Local Cystic Fibrosis (CF) campaigner, Jillian McNulty is set to meet with the Minister for Health, Leo Varadkar next Monday.
Ms McNulty has spoken of her dismay over the Health Service Executive’s (HSE) stonewalling on funding for Orkambi - the drug that is set to transform the lives of CF sufferers across the world.
Chief executive Tony O’Brien has said the HSE cannot afford to pay for the drug, which will reportedly cost €160,000 per patient per year.
As previously reported in the Longford Leader, Ms McNulty began taking Orkambi as part of a clinical trial nearly two years ago.
In that time, her life changed dramatically as her health improved ten fold.
“I’m meeting with Minister Varadkar next Monday and I am going to tell him my story; he already knows it, but Orkambi needs to be funded now and he needs to know this,” Ms McNulty told the Leader on Monday.
In a letter posted to Mr O’Brien and the National Centre for Pharmacoeconomics (NCPE) before Christmas, the Longford woman described how her life transformed after she began taking Orkambi two years ago as part of a trial of the drug.
“Within a few months my body started changing, during my runs I could breathe deeper, it’s not something I can explain correctly because I don’t think I’ve ever known what it’s like to breathe properly,” Ms McNulty said in the letter which was also sent to over 30 senators and TDs.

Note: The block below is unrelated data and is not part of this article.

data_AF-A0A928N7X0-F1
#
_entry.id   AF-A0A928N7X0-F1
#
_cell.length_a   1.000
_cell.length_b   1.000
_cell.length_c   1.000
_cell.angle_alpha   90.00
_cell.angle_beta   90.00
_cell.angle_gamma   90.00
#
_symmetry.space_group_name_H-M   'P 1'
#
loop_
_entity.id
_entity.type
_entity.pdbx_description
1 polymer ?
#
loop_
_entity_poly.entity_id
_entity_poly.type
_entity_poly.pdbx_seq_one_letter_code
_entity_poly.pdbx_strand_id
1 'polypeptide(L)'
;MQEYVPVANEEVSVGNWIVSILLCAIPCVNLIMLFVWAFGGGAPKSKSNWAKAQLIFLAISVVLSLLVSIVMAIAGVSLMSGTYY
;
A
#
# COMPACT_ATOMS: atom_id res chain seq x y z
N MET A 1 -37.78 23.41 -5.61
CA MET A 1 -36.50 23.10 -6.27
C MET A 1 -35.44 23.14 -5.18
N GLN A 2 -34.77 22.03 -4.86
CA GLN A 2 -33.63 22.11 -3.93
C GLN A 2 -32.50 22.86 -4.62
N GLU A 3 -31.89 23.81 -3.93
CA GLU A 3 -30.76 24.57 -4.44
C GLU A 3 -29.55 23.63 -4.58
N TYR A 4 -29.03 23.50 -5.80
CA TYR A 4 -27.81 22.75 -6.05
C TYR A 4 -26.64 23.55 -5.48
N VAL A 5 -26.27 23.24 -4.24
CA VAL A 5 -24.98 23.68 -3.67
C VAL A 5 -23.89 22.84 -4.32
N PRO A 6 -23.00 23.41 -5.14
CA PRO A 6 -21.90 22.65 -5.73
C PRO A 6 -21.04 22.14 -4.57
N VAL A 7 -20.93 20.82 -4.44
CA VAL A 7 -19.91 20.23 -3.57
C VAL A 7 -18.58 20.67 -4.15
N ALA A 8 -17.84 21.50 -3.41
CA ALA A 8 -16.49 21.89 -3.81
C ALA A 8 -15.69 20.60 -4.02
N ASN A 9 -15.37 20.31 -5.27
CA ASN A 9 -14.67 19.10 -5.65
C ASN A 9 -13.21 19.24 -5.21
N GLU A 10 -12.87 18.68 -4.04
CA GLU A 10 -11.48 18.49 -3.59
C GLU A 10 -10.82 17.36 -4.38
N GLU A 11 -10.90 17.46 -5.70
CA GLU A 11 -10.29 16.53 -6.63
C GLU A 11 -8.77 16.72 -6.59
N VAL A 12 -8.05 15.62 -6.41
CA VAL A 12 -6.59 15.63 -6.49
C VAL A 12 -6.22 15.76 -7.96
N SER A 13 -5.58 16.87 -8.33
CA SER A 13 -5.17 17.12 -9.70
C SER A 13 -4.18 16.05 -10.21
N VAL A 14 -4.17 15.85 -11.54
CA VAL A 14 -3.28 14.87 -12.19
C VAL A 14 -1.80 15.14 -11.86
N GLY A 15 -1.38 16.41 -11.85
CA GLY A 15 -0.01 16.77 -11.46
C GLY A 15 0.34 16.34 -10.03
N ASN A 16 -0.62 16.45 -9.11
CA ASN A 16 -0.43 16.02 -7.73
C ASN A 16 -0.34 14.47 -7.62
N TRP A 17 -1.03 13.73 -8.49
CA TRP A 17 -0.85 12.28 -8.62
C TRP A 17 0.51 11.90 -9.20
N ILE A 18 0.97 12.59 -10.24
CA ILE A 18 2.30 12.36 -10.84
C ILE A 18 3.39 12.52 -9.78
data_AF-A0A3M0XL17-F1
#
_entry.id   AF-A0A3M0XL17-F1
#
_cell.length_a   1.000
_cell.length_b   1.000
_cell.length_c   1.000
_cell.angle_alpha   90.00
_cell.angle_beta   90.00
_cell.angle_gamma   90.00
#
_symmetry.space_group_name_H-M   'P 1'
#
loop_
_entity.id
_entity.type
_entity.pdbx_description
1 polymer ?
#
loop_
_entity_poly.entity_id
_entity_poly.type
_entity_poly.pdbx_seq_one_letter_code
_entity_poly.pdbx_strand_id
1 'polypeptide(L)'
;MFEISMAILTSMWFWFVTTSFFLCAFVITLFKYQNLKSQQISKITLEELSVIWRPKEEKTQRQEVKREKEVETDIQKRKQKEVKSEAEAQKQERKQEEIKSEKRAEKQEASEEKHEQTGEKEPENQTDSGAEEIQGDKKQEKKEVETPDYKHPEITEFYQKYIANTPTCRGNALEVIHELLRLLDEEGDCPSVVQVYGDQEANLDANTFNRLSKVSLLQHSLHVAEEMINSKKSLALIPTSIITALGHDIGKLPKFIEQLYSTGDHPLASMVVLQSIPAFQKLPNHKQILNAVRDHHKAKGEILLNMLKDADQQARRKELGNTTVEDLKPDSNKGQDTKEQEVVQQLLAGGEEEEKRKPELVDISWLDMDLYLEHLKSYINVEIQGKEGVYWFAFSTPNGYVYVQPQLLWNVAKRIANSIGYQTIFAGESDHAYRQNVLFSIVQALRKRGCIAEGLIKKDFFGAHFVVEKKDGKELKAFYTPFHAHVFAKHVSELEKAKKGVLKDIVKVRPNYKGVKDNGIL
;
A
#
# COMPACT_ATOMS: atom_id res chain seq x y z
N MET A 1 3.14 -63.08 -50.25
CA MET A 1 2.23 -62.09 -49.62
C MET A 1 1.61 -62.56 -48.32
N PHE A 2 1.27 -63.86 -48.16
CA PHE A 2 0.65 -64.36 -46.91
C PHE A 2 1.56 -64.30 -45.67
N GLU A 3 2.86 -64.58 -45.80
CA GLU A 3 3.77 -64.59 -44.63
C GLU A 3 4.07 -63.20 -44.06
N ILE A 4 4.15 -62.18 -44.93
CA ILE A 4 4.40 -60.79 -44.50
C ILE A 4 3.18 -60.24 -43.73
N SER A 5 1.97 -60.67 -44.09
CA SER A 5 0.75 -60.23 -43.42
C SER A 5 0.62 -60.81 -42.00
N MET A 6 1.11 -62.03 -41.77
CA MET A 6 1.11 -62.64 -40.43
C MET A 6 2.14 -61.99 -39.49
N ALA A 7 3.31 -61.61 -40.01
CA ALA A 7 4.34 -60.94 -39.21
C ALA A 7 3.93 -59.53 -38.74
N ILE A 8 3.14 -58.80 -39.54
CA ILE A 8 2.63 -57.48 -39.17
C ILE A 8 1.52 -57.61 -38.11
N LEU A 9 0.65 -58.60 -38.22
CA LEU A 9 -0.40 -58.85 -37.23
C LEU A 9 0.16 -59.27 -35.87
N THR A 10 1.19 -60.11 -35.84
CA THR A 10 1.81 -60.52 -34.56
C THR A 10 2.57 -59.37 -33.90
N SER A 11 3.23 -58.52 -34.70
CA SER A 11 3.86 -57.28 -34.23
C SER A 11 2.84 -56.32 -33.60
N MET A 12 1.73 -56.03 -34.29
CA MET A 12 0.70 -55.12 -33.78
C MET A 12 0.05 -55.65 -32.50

“I hope that Minister Varadkar will listen to what I have to say; I wrote to the HSE about the matter and Tony O’Brien indicated that people who need Orkambi will get it, but the really is that nobody knows what is happening and we are anxious to get this sorted out before the election,” she added.
Orkambi will reportedly cost €92 million each year - the equivalent of annual funding for Temple Street Children’s Hospital.
“I am freaking out a little,” Ms McNulty admitted while chatting from her home on Monday.
“I don’t want to lose this drug; it is a very worrying time.”
Meanwhile, a petition directed at the Minister for Health to approve the life-changing drug Orkambi for CF patients, has received more than 35,000 signatures since it was started on Facebook just four weeks ago.
Drumlish mother-of-three Hazel Robinson - whose 13-year-old daughter Gypsy was diagnosed with CF at birth - started the petition after it emerged late last year that the drug might not be made available in Ireland.
“The petition will run for another few days and then I will print it off and give it to Jillian [McNulty] who plans to hand it to Minister Varadkar when she meets with him next Monday,” added Ms Robinson.
“I won’t feel safe, to be honest with you, until I see the tablet in my daughter’s hand.”
Ms Robinson then went on to describe the current development over the drug as “urgent”.
“With CF when the damage is done, that’s it,” she explained.
“It’s annoying that we have to fight with our own government to get a life saving drug; we are fighting for life and that is what we are doing.
“I am a mother fighting the world.”
CF campaigners will join with the Right to Change march which takes place in Longford town on January 23 next.
Proceedings kick off on the Battery Road at 1:45pm and Ms Robinson is calling on all those who want to change the health system in Ireland to join in the march on that date.